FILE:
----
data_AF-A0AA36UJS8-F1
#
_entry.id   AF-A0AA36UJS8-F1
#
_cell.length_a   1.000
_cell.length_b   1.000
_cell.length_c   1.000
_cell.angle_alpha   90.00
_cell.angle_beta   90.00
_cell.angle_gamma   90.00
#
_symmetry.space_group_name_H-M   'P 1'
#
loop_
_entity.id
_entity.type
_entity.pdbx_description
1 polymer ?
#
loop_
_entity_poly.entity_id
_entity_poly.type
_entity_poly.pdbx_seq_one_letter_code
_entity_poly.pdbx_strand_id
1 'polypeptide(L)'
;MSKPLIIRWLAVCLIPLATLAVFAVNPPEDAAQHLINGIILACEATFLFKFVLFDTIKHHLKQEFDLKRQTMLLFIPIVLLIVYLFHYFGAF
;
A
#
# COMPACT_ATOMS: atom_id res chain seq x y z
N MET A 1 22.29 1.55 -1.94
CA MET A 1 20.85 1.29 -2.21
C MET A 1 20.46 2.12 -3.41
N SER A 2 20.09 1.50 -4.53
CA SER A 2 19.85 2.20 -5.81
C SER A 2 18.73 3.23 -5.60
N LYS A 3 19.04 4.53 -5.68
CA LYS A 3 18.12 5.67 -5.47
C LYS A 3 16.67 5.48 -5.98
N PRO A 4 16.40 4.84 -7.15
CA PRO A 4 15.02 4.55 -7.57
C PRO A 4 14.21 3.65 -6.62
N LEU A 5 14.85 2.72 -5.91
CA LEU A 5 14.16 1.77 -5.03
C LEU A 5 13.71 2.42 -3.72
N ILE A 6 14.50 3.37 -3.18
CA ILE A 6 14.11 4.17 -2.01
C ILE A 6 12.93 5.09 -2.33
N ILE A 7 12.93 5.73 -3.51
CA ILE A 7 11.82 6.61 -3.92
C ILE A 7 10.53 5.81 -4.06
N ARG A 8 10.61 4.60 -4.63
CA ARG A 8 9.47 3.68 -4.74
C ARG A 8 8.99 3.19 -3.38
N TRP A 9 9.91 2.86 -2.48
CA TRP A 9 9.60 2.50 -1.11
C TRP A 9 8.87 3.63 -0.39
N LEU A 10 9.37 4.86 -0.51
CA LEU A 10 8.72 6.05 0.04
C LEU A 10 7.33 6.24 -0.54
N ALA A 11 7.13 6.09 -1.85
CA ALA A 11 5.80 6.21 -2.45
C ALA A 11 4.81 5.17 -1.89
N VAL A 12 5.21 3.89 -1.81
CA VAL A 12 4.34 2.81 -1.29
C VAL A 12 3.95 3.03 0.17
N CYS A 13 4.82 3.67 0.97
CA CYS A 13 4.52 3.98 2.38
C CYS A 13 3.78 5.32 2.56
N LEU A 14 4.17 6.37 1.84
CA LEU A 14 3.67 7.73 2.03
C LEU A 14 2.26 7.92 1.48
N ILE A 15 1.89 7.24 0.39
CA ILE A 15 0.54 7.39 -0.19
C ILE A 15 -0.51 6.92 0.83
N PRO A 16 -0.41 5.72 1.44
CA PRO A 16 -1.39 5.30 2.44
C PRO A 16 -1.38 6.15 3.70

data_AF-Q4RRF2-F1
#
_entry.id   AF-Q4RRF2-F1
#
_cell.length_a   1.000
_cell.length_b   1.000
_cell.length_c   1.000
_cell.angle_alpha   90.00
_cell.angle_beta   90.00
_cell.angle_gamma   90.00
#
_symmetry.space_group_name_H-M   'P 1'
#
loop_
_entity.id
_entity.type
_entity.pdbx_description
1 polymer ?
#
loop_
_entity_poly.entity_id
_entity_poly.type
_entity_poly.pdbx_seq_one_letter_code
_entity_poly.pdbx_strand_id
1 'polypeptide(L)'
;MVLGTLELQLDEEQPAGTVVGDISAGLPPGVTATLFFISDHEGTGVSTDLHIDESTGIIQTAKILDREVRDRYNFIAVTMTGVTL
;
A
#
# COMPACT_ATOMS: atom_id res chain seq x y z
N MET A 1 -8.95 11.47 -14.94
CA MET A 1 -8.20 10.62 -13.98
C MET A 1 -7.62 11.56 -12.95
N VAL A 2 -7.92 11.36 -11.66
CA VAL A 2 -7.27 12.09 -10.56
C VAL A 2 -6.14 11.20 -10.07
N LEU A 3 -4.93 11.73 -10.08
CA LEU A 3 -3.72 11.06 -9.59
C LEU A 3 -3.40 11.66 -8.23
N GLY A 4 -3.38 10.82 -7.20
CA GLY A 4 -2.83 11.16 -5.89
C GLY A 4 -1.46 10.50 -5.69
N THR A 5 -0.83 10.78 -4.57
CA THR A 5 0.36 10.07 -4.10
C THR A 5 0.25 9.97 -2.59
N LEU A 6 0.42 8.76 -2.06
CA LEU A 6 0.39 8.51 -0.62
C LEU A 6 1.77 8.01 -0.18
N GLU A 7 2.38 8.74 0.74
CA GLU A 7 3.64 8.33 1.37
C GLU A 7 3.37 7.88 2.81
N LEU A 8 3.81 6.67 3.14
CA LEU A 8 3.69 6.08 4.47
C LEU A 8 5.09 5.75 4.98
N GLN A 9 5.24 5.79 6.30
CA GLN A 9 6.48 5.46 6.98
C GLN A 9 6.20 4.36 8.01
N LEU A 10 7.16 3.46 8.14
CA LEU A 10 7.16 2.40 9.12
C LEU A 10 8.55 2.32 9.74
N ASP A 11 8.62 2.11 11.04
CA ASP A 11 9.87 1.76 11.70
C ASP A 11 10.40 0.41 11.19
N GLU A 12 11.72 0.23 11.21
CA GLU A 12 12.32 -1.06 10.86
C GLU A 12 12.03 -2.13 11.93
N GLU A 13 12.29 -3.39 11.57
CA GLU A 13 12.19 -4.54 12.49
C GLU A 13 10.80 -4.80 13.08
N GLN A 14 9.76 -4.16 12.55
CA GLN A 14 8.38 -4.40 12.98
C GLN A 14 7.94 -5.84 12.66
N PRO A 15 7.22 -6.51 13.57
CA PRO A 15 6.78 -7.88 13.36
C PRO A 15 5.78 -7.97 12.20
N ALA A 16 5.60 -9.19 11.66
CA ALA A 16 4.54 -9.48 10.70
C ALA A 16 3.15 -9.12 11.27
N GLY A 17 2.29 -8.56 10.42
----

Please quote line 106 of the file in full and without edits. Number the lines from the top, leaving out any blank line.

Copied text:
A